Hong Kong’s beekeepers
From rooftops to island farms, the city’s homegrown honey industry is buzzing
By Iris Lo Hau-lam
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A security guard was patrolling a Hong Kong car park, glancing over the cars as usual, when he suddenly stiffened. Staring at a parked van, he stumbled back. He had never seen anything like this. He needed to find the owner.
Harry Wong Ka-hon, Cheung Ka-chung and Kong Pui-wa had just entered the carpark when the sweaty guard sprinted towards them.
“Bees are trying to get out of your car!” the guard yelled.
Instead of running away, the three made a dash straight for the van.
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At Chan Chun-kwong’s village house in Fanling, several honeybees flew in and out of the 40 hives in the back garden. It is hard to tell exactly how many bees Chan has. Theoretically, a standard hive, about 48 cm wide and 22 cm deep, can produce at least 7,000 adult bees. That means Chan could be taking care of around 280,000 bees.
Trees, such as longan and lychee, which honey bees love to pollinate, surround Chan’s garden. “My home is superior for beekeeping,” said Chan, a beekeeping master. “I can harvest every kind of honey, whatever I want.”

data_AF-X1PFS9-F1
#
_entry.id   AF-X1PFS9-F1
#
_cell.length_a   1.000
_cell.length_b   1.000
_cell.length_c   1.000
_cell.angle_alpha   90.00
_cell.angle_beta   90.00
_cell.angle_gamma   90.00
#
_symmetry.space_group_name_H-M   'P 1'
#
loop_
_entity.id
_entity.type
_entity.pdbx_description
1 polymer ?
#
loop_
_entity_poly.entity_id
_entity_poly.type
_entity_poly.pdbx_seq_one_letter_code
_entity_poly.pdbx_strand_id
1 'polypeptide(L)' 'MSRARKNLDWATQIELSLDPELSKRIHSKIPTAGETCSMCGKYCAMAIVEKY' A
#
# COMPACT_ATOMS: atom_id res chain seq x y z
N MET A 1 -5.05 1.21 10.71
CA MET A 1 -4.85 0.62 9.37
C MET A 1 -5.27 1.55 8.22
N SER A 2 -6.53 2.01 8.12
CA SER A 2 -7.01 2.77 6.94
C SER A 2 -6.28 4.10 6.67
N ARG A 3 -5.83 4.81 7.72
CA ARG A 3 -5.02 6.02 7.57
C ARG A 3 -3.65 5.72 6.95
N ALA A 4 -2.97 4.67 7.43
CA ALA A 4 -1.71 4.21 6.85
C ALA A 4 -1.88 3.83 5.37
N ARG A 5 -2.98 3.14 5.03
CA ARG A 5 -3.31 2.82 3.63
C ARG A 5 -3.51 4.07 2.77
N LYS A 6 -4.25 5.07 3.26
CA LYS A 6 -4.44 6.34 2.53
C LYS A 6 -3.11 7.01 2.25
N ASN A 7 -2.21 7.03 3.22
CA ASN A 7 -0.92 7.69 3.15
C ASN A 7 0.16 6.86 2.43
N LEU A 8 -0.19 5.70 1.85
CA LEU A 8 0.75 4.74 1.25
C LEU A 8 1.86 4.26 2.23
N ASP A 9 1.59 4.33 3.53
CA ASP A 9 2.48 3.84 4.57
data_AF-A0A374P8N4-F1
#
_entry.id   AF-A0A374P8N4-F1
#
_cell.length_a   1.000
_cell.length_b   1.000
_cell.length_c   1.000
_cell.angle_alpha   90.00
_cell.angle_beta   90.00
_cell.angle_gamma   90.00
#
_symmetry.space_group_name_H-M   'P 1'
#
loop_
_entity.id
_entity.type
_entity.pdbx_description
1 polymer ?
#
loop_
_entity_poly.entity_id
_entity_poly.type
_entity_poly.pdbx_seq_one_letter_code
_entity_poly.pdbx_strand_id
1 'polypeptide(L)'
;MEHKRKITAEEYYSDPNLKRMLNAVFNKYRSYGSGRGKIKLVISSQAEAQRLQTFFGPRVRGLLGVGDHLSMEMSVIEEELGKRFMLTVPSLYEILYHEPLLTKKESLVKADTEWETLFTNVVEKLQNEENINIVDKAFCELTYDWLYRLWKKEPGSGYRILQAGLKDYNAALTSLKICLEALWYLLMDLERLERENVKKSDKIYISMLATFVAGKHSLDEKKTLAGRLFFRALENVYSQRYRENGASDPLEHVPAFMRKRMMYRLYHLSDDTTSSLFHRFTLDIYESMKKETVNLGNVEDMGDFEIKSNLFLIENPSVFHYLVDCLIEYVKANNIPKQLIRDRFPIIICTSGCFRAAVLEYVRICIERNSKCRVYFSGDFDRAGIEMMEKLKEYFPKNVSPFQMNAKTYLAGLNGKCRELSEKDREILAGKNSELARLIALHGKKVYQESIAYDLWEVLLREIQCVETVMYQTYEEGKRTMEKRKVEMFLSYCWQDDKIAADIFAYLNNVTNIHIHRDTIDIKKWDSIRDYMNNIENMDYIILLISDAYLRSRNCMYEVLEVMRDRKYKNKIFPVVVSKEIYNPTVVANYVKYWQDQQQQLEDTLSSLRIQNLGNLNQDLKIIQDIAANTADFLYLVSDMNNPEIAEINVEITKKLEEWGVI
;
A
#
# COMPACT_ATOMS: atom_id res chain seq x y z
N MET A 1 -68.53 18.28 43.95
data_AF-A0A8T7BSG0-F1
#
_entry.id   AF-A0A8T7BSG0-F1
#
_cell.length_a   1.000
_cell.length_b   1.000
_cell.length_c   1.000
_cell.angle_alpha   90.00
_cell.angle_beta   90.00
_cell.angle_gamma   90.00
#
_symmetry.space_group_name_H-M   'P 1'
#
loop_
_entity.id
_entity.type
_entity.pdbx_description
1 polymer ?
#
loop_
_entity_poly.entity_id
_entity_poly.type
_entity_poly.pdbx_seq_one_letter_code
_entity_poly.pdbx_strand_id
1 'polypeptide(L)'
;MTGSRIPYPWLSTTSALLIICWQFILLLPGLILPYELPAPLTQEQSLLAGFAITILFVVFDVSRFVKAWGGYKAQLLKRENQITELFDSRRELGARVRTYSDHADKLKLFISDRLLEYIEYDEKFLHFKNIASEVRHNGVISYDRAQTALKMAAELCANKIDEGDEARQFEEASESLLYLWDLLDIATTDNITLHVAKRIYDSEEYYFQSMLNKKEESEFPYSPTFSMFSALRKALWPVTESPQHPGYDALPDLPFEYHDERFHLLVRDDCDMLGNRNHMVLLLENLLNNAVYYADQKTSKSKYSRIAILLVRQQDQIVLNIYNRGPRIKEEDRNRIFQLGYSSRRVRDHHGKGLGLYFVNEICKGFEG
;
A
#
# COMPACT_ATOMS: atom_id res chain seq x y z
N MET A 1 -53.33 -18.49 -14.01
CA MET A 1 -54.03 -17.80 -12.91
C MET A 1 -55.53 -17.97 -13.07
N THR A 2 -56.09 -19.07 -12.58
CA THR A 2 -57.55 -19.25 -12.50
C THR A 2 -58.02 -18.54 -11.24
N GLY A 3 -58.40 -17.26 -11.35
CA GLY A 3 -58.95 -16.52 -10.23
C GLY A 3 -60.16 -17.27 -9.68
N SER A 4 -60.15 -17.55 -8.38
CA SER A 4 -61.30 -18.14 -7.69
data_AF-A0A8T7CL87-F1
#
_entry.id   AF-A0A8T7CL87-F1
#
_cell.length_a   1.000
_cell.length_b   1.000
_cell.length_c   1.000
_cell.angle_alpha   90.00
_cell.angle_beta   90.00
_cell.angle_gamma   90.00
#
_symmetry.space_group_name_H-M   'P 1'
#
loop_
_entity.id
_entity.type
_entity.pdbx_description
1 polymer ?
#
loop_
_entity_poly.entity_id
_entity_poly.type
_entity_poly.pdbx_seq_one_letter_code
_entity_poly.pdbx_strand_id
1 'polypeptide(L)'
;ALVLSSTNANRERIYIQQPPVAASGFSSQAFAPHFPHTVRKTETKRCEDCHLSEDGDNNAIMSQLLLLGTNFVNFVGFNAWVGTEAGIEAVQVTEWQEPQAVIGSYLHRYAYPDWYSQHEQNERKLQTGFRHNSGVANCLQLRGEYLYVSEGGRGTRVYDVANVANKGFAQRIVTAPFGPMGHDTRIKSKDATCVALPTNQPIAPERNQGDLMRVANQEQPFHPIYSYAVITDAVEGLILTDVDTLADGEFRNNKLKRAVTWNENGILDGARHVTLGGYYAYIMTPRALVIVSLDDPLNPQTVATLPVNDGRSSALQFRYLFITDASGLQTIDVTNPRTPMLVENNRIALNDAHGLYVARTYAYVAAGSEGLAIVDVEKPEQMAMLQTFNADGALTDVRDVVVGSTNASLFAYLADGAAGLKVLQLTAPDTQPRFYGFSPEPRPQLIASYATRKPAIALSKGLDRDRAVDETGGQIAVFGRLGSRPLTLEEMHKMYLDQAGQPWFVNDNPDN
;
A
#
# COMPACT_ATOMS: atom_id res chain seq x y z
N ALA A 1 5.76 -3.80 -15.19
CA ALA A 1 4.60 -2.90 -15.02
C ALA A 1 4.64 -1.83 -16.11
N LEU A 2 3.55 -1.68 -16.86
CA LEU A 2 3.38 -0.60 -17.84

Chan, 70, retired and a beekeeping master, teaches beekeeping. That was how he met Wong, Cheung and Kong. He has been teaching the three young beekeepers for the last year.
But despite 40 years of beekeeping, Chan only started his online business last year. Now, he sells honey, propolis, beeswax, pupae and even hives through social media.
“In the past 39 years, I only kept honeybees as a hobby,” said Chan. “I’ve never thought of starting a business until my friends set up a Facebook page for me.”
“Hong Kong is too small and lacking in tree species to harvest different kinds of honey, as mainlanders do,” said Chan, hearing that Wong, Cheung and Kong had also set up a company called Beetales. “I don’t care whether they can be successful. I just want someone to inherit the skills.”
In addition to their online sales, Wong, Cheung and Kong also connect with other beekeepers on the online platform Hong Kong Raw Honey. This growing group of local beekeepers sell their honey as well as side-products, such as lipsticks and mead, in local markets, and they like to keep their hives on farms in rural areas such as Yuen Long and the North District. A few even keep their hives on rooftops in urban areas. Much of their business, they say, involves dealing with people who are afraid of bees.
Amateur beekeepers are also growing. Like Chan, they usually keep their hives behind their village houses. All over Hong Kong, in places like Mui Wo and Lamma Island, people are creating “beehive villages” in their backyards.
In the carpark, Wong, Cheung and Kong approached the van. About 300 hundred bees were flying around inside the car urinating golden liquid everywhere.
“That…is so messy,” Cheung said and sighed.
While a master beekeeper like Chan can attract bees in the country parks, the three beginner beekeepers still get most of their bees from Chan’s beehives.